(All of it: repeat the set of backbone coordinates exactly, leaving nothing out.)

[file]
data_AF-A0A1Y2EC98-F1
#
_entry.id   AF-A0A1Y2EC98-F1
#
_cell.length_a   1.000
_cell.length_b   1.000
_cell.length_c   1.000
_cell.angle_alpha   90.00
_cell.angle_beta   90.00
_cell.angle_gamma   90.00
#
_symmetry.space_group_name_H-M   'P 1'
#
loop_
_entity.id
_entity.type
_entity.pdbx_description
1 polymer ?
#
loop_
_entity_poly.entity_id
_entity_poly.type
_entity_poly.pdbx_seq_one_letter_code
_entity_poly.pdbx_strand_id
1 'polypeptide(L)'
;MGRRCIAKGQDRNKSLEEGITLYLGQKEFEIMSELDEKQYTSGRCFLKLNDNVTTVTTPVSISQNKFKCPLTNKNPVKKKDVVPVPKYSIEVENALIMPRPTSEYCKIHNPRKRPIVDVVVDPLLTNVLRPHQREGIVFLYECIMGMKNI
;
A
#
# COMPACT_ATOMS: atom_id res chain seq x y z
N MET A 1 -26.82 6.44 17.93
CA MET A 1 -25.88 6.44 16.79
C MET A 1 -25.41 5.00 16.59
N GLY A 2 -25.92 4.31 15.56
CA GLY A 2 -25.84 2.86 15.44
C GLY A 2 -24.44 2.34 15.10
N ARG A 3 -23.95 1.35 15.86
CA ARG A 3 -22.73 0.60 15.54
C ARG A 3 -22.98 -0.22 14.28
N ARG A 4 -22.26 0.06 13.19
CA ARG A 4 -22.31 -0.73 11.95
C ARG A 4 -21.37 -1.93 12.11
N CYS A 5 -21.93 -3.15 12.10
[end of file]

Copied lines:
data_AF-A0A1Y2EC98-F1
#
_entry.id   AF-A0A1Y2EC98-F1
#
_cell.length_a   1.000
_cell.length_b   1.000
_cell.length_c   1.000
_cell.angle_alpha   90.00
_cell.angle_beta   90.00
_cell.angle_gamma   90.00
#
_symmetry.space_group_name_H-M   'P 1'
#
loop_
_entity.id
_entity.type
_entity.pdbx_description
1 polymer ?
#
loop_
_entity_poly.entity_id
_entity_poly.type
_entity_poly.pdbx_seq_one_letter_code
_entity_poly.pdbx_strand_id
1 'polypeptide(L)'
;MGRRCIAKGQDRNKSLEEGITLYLGQKEFEIMSELDEKQYTSGRCFLKLNDNVTTVTTPVSISQNKFKCPLTNKNPVKKKDVVPVPKYSIEVENALIMPRPTSEYCKIHNPRKRPIVDVVVDPLLTNVLRPHQREGIVFLYECIMGMKNI
;
A
#
# COMPACT_ATOMS: atom_id res chain seq x y z
N MET A 1 -26.82 6.44 17.93
CA MET A 1 -25.88 6.44 16.79
C MET A 1 -25.41 5.00 16.59
N GLY A 2 -25.92 4.31 15.56
CA GLY A 2 -25.84 2.86 15.44
C GLY A 2 -24.44 2.34 15.10
N ARG A 3 -23.95 1.35 15.86
CA ARG A 3 -22.73 0.60 15.54
C ARG A 3 -22.98 -0.22 14.28
N ARG A 4 -22.26 0.06 13.19
CA ARG A 4 -22.31 -0.73 11.95
C ARG A 4 -21.37 -1.93 12.11
N CYS A 5 -21.93 -3.15 12.10